As electrode A is subjected to intense heavy ion bombardment, it is preferred to employ a highly refractory and relatively hard heavy metal, such as tungsten, for electrode A. Electrode A, preferably consists of wrought tungsten wire provided with a pointed end. The cross-sectional area of the pointed end of electrode A must be materially less than the diameter of the hole desired through the diamond as the spark discharge normally tends to drill a hole somewhat larger in diameter than the diameter of the pointed end of electrode A.

In the drilling of relatively small diameter holes through diamond D it is preferable to employ the shorter wave length high frequency currents such as high frequency currents having more lengths within the range 10 to 30 meters,

as with decrease in wavelength the spread of the spark discharge away from the electrode end decreases.

Normally, and with diamond thicknesses approximating .050 inch, it appears unnecessary to employ voltages aboveabout 5000 volts to produce the desired leakagecurrent and the desired potentials to support the spark discharge. As the diamondthickness increases,- however, generally speaking, higher voltages will be required.

As one specific improvement of the present invention, film F of solution S may be displaced by an atmosphere such as moist air, as indicated in Fig. 3 or by'any ionizable gas containing heavy metal ions in sufiicient amounts to sustain the spark discharge K and to provide an economically practical rate of drilling,

. such as for example, gas containing CO2, S02, OH and the like heavy-ions singly or in various admixtures with air, and any of the monatomic gases (argon, neon and the like) or nitrogen,

ifications are contemplated as may fall within the scope of the following claims;

What we claim is:

1. The method of drilling cavities and holes in hard crystalline material, such as a diamond, which comprises electrically contacting one face of the diamond with an electrode of large surand an arc discharge from the pointed end of the electrode through the atmosphere surrounding the said pointed end to the diamond surface next adjacent the area thereof in contact with the said pointed end of .said pointed-end electrode.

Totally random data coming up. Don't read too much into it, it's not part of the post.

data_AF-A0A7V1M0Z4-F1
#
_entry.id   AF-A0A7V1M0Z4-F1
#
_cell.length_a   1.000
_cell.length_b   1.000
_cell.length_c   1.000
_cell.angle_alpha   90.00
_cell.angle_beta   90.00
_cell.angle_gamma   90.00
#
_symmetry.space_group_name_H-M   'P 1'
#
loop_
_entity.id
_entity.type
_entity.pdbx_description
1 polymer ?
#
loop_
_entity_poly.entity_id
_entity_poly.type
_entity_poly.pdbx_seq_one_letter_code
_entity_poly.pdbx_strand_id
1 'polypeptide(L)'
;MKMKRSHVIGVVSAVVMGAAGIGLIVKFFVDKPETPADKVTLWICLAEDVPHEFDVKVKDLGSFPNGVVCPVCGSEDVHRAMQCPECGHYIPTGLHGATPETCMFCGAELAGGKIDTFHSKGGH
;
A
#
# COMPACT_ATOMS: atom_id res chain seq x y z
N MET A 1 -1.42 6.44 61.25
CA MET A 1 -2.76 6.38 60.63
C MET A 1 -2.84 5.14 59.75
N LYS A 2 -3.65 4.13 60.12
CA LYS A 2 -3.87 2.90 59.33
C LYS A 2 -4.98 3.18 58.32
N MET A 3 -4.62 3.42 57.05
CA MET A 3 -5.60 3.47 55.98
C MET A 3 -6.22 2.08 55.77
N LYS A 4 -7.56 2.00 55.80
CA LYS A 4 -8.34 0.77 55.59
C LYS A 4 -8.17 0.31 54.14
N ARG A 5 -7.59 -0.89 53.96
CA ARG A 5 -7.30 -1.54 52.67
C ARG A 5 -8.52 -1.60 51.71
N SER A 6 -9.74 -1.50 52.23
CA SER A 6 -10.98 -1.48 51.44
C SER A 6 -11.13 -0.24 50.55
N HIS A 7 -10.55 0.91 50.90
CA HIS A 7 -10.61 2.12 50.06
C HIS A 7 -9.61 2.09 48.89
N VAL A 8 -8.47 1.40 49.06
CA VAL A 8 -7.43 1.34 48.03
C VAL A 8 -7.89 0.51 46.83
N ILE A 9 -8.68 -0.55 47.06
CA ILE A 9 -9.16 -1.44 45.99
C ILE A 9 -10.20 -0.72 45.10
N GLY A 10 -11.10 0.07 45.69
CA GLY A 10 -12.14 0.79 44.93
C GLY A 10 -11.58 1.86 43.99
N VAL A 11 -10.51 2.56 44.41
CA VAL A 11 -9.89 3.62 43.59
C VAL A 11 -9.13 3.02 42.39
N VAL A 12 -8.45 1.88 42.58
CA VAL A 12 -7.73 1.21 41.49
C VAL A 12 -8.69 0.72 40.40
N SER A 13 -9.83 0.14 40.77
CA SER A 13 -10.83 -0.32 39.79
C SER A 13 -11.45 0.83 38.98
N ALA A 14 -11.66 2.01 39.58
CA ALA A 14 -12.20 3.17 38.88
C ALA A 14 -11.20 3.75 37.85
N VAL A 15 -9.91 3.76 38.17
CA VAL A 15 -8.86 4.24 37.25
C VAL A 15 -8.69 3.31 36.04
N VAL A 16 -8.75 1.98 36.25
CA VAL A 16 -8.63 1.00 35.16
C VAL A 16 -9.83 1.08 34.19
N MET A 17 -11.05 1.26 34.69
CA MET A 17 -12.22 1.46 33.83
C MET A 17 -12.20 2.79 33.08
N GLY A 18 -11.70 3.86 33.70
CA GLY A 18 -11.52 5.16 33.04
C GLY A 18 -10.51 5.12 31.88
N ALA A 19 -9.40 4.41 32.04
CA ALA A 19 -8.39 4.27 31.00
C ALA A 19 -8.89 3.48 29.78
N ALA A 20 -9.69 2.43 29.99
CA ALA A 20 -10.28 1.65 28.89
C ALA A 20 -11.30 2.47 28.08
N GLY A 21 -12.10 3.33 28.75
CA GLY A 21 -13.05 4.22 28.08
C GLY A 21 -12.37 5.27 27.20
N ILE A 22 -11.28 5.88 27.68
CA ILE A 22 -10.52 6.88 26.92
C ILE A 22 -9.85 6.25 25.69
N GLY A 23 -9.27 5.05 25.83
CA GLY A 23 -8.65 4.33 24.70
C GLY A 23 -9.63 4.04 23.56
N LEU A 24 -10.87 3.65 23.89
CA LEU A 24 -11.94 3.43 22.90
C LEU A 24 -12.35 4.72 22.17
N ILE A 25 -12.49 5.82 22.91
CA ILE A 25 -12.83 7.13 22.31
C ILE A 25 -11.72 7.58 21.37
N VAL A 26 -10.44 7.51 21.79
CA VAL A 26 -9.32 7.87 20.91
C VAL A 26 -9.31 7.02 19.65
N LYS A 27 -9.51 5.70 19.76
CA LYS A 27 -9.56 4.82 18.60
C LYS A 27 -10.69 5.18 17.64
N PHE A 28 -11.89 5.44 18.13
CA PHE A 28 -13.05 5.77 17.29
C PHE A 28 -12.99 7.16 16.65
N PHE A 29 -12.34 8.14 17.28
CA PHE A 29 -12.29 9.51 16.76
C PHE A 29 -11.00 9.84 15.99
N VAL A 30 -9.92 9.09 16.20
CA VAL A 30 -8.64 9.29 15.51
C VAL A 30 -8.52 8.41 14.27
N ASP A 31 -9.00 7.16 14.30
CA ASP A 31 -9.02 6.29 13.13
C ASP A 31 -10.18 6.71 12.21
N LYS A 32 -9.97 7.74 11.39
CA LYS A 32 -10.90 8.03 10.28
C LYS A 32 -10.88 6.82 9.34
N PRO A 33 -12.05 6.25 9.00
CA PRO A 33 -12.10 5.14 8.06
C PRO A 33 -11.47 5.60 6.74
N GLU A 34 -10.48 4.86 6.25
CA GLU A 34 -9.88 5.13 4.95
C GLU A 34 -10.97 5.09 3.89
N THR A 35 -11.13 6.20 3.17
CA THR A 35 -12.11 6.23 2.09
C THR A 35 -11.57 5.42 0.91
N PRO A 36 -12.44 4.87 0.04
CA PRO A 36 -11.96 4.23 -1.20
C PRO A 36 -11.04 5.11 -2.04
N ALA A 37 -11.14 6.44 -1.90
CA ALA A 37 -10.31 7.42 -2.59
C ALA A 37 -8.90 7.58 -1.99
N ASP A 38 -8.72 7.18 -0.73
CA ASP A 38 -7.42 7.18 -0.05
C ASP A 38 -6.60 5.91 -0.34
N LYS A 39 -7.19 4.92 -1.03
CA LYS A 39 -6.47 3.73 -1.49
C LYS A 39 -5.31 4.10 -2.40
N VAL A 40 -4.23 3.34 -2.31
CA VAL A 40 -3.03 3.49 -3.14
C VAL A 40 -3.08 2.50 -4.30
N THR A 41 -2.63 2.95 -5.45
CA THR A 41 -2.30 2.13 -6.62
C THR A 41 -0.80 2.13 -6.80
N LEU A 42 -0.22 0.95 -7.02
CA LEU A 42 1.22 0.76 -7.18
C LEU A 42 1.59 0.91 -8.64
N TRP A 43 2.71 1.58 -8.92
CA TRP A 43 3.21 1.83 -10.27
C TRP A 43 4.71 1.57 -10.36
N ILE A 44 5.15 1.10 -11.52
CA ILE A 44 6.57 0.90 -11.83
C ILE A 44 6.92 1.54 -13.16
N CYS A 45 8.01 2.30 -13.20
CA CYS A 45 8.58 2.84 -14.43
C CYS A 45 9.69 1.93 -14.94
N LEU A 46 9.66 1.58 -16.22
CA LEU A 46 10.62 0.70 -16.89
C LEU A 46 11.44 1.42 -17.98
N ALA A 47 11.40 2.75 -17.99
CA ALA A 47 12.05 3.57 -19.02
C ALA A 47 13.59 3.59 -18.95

2. The method of claim 1, wherein the frequency of said. high frequency electric current is within the range of frequencies 6000 to 30,000v

VICTOR o. ALLEN. RICHARD A. MACINTOSH.

Referenced by
Citing PatentFiling datePublication dateApplicantTitle
US2476965 *Dec 23, 1946Jul 26, 1949Cooter Irvin LElectric drilling of diamonds and the like
US2552582 *Dec 23, 1946May 15, 1951Harris Forest KDry drilling of diamonds and the like
US2635487 *Jun 3, 1949Apr 21, 1953Gen Cable CorpMethod and apparatus for making wire drawing dies
US4001538 *Apr 17, 1975Jan 4, 1977Phillips Fibers CorporationMethod and apparatus for producing smooth surfaces
US6503387 *Feb 9, 2001Jan 7, 2003Industrial Technology Research InstituteMethod and device for electro-chemical discharge processing with self-acting bubble layer
US6596152 *Feb 9, 2001Jul 22, 2003Industrial Technology Research InstituteProcessing nonconductive materials; bubbles are created by electrolysis to form insulating bubble layers; applying high voltage across the electrodes causes air molecules ionic breakdown in the bubble layers, generating arc discharge
US6679985 *Jan 14, 2002Jan 20, 2004Korea Advanced Inst Sci & TechElectrolytically machining a tool fed by a three-dimensional tool feeder which can accurately feed a tool in three dimensions
EP1757395A1 *Aug 26, 2005Feb 28, 2007Asulab S.A.Machining head for spark erosion machining assisted with chemical etching.
Classifications
U.S. Classification125/30.2, 315/76, 409/225, 451/908, 204/164, 219/69.15, 204/224.00R, 315/246, 204/224.00M, 219/69.17
International ClassificationC04B41/53, C04B41/91
Cooperative ClassificationC04B41/91, Y10S451/908, C04B41/009, C04B41/53
European ClassificationC04B41/00V, C04B41/53, C04B41/91